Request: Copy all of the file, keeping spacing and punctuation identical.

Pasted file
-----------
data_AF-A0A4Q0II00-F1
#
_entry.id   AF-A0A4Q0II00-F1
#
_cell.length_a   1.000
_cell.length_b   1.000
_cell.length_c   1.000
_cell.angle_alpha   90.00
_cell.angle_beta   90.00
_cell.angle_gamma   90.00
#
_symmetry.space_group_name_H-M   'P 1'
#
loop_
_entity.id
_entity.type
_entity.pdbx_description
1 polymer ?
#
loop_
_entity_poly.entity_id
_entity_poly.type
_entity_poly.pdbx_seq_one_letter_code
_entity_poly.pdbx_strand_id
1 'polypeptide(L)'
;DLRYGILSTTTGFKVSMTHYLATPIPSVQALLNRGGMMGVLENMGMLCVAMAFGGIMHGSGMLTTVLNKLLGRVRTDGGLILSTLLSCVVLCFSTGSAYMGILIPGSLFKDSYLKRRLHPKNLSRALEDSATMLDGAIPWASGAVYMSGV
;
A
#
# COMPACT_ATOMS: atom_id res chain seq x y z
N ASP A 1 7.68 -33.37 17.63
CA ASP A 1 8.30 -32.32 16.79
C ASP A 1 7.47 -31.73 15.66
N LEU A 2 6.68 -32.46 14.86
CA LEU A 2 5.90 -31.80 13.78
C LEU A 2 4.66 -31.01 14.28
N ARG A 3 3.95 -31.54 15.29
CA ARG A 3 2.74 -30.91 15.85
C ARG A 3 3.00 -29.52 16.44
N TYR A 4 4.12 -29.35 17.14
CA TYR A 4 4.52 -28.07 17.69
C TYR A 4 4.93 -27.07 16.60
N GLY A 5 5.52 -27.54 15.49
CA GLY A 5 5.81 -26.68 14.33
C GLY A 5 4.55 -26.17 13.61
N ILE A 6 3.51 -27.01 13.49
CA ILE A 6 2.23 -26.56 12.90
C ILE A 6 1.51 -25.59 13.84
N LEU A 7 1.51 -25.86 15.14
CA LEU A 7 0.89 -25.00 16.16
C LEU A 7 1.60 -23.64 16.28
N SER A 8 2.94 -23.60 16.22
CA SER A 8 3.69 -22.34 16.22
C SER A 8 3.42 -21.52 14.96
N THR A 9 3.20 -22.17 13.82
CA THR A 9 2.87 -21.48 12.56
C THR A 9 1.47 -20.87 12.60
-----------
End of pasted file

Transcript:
data_AF-A0A4Q0II00-F1
#
_entry.id   AF-A0A4Q0II00-F1
#
_cell.length_a   1.000
_cell.length_b   1.000
_cell.length_c   1.000
_cell.angle_alpha   90.00
_cell.angle_beta   90.00
_cell.angle_gamma   90.00
#
_symmetry.space_group_name_H-M   'P 1'
#
loop_
_entity.id
_entity.type
_entity.pdbx_description
1 polymer ?
#
loop_
_entity_poly.entity_id
_entity_poly.type
_entity_poly.pdbx_seq_one_letter_code
_entity_poly.pdbx_strand_id
1 'polypeptide(L)'
;DLRYGILSTTTGFKVSMTHYLATPIPSVQALLNRGGMMGVLENMGMLCVAMAFGGIMHGSGMLTTVLNKLLGRVRTDGGLILSTLLSCVVLCFSTGSAYMGILIPGSLFKDSYLKRRLHPKNLSRALEDSATMLDGAIPWASGAVYMSGV
;
A
#
# COMPACT_ATOMS: atom_id res chain seq x y z
N ASP A 1 7.68 -33.37 17.63
CA ASP A 1 8.30 -32.32 16.79
C ASP A 1 7.47 -31.73 15.66
N LEU A 2 6.68 -32.46 14.86
CA LEU A 2 5.90 -31.80 13.78
C LEU A 2 4.66 -31.01 14.28
N ARG A 3 3.95 -31.54 15.29
CA ARG A 3 2.74 -30.91 15.85
C ARG A 3 3.00 -29.52 16.44
N TYR A 4 4.12 -29.35 17.14
CA TYR A 4 4.52 -28.07 17.69
C TYR A 4 4.93 -27.07 16.60
N GLY A 5 5.52 -27.54 15.49
CA GLY A 5 5.81 -26.68 14.33
C GLY A 5 4.55 -26.17 13.61
N ILE A 6 3.51 -27.01 13.49
CA ILE A 6 2.23 -26.56 12.90
C ILE A 6 1.51 -25.59 13.84
N LEU A 7 1.51 -25.86 15.14
CA LEU A 7 0.89 -25.00 16.16
C LEU A 7 1.60 -23.64 16.28
N SER A 8 2.94 -23.60 16.22
CA SER A 8 3.69 -22.34 16.22
C SER A 8 3.42 -21.52 14.96
N THR A 9 3.20 -22.17 13.82
CA THR A 9 2.87 -21.48 12.56
C THR A 9 1.47 -20.87 12.60